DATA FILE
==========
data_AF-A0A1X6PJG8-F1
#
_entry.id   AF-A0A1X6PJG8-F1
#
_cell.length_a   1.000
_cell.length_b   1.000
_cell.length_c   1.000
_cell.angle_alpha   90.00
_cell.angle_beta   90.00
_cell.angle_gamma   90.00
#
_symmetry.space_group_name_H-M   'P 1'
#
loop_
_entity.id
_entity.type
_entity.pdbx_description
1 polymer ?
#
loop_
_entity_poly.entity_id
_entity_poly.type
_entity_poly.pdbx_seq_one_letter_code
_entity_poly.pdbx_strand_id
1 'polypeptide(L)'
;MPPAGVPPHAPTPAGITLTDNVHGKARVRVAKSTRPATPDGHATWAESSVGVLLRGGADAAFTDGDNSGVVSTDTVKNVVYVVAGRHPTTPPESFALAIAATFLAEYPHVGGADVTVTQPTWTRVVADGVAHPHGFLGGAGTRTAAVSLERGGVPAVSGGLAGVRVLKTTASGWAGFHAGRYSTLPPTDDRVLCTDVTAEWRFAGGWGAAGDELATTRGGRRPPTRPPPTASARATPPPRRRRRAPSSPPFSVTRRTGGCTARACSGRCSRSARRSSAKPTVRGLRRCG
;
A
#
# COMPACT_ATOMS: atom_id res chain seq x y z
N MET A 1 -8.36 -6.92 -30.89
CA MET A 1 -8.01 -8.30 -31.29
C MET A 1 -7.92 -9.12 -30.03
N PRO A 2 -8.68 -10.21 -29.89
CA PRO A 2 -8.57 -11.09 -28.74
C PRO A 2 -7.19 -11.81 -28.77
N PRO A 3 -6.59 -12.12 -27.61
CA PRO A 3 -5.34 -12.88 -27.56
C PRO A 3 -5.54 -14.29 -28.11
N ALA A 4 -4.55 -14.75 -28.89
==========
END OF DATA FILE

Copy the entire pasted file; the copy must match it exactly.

data_AF-A0A1X6PJG8-F1
#
_entry.id   AF-A0A1X6PJG8-F1
#
_cell.length_a   1.000
_cell.length_b   1.000
_cell.length_c   1.000
_cell.angle_alpha   90.00
_cell.angle_beta   90.00
_cell.angle_gamma   90.00
#
_symmetry.space_group_name_H-M   'P 1'
#
loop_
_entity.id
_entity.type
_entity.pdbx_description
1 polymer ?
#
loop_
_entity_poly.entity_id
_entity_poly.type
_entity_poly.pdbx_seq_one_letter_code
_entity_poly.pdbx_strand_id
1 'polypeptide(L)'
;MPPAGVPPHAPTPAGITLTDNVHGKARVRVAKSTRPATPDGHATWAESSVGVLLRGGADAAFTDGDNSGVVSTDTVKNVVYVVAGRHPTTPPESFALAIAATFLAEYPHVGGADVTVTQPTWTRVVADGVAHPHGFLGGAGTRTAAVSLERGGVPAVSGGLAGVRVLKTTASGWAGFHAGRYSTLPPTDDRVLCTDVTAEWRFAGGWGAAGDELATTRGGRRPPTRPPPTASARATPPPRRRRRAPSSPPFSVTRRTGGCTARACSGRCSRSARRSSAKPTVRGLRRCG
;
A
#
# COMPACT_ATOMS: atom_id res chain seq x y z
N MET A 1 -8.36 -6.92 -30.89
CA MET A 1 -8.01 -8.30 -31.29
C MET A 1 -7.92 -9.12 -30.03
N PRO A 2 -8.68 -10.21 -29.89
CA PRO A 2 -8.57 -11.09 -28.74
C PRO A 2 -7.19 -11.81 -28.77
N PRO A 3 -6.59 -12.12 -27.61
CA PRO A 3 -5.34 -12.88 -27.56
C PRO A 3 -5.54 -14.29 -28.11
N ALA A 4 -4.55 -14.75 -28.89